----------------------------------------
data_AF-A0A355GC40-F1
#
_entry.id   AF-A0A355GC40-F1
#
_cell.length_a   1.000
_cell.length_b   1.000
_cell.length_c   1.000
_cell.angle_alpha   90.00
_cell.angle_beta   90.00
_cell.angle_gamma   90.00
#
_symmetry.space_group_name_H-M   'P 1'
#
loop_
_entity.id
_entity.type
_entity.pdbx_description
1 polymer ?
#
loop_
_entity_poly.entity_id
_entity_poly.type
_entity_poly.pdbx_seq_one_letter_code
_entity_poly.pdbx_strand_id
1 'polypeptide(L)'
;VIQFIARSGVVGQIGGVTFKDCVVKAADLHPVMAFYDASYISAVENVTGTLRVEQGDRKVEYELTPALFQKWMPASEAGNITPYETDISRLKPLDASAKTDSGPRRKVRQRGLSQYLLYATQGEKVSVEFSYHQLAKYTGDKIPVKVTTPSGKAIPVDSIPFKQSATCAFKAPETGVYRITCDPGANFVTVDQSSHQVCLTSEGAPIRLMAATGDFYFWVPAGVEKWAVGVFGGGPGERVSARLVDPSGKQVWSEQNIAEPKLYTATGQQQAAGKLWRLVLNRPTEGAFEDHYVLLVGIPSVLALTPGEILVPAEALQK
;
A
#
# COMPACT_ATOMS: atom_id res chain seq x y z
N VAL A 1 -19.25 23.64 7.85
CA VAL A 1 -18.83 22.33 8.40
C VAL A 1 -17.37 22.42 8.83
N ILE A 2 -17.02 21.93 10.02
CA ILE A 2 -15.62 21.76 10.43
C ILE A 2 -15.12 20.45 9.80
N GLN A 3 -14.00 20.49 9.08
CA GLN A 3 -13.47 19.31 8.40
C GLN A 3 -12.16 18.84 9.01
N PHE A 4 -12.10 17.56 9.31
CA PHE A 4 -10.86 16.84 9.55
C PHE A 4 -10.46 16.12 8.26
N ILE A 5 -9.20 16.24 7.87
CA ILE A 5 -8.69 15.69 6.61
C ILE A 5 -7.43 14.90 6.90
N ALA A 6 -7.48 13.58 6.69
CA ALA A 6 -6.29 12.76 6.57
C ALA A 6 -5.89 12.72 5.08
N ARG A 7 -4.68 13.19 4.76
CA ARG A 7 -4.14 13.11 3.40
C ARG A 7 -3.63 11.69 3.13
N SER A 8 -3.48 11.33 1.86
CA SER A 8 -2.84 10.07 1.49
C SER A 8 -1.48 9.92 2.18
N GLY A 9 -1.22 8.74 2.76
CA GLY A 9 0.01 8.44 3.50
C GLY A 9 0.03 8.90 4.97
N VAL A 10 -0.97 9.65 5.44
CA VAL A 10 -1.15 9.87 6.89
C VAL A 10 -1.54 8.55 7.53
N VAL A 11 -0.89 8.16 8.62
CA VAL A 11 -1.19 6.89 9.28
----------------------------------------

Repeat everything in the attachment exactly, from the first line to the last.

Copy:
data_AF-A0A355GC40-F1
#
_entry.id   AF-A0A355GC40-F1
#
_cell.length_a   1.000
_cell.length_b   1.000
_cell.length_c   1.000
_cell.angle_alpha   90.00
_cell.angle_beta   90.00
_cell.angle_gamma   90.00
#
_symmetry.space_group_name_H-M   'P 1'
#
loop_
_entity.id
_entity.type
_entity.pdbx_description
1 polymer ?
#
loop_
_entity_poly.entity_id
_entity_poly.type
_entity_poly.pdbx_seq_one_letter_code
_entity_poly.pdbx_strand_id
1 'polypeptide(L)'
;VIQFIARSGVVGQIGGVTFKDCVVKAADLHPVMAFYDASYISAVENVTGTLRVEQGDRKVEYELTPALFQKWMPASEAGNITPYETDISRLKPLDASAKTDSGPRRKVRQRGLSQYLLYATQGEKVSVEFSYHQLAKYTGDKIPVKVTTPSGKAIPVDSIPFKQSATCAFKAPETGVYRITCDPGANFVTVDQSSHQVCLTSEGAPIRLMAATGDFYFWVPAGVEKWAVGVFGGGPGERVSARLVDPSGKQVWSEQNIAEPKLYTATGQQQAAGKLWRLVLNRPTEGAFEDHYVLLVGIPSVLALTPGEILVPAEALQK
;
A
#
# COMPACT_ATOMS: atom_id res chain seq x y z
N VAL A 1 -19.25 23.64 7.85
CA VAL A 1 -18.83 22.33 8.40
C VAL A 1 -17.37 22.42 8.83
N ILE A 2 -17.02 21.93 10.02
CA ILE A 2 -15.62 21.76 10.43
C ILE A 2 -15.12 20.45 9.80
N GLN A 3 -14.00 20.49 9.08
CA GLN A 3 -13.47 19.31 8.40
C GLN A 3 -12.16 18.84 9.01
N PHE A 4 -12.10 17.56 9.31
CA PHE A 4 -10.86 16.84 9.55
C PHE A 4 -10.46 16.12 8.26
N ILE A 5 -9.20 16.24 7.87
CA ILE A 5 -8.69 15.69 6.61
C ILE A 5 -7.43 14.90 6.90
N ALA A 6 -7.48 13.58 6.69
CA ALA A 6 -6.29 12.76 6.57
C ALA A 6 -5.89 12.72 5.08
N ARG A 7 -4.68 13.19 4.76
CA ARG A 7 -4.14 13.11 3.40
C ARG A 7 -3.63 11.69 3.13
N SER A 8 -3.48 11.33 1.86
CA SER A 8 -2.84 10.07 1.49
C SER A 8 -1.48 9.92 2.18
N GLY A 9 -1.22 8.74 2.76
CA GLY A 9 0.01 8.44 3.50
C GLY A 9 0.03 8.90 4.97
N VAL A 10 -0.97 9.65 5.44
CA VAL A 10 -1.15 9.87 6.89
C VAL A 10 -1.54 8.55 7.53
N VAL A 11 -0.89 8.16 8.62
CA VAL A 11 -1.19 6.89 9.28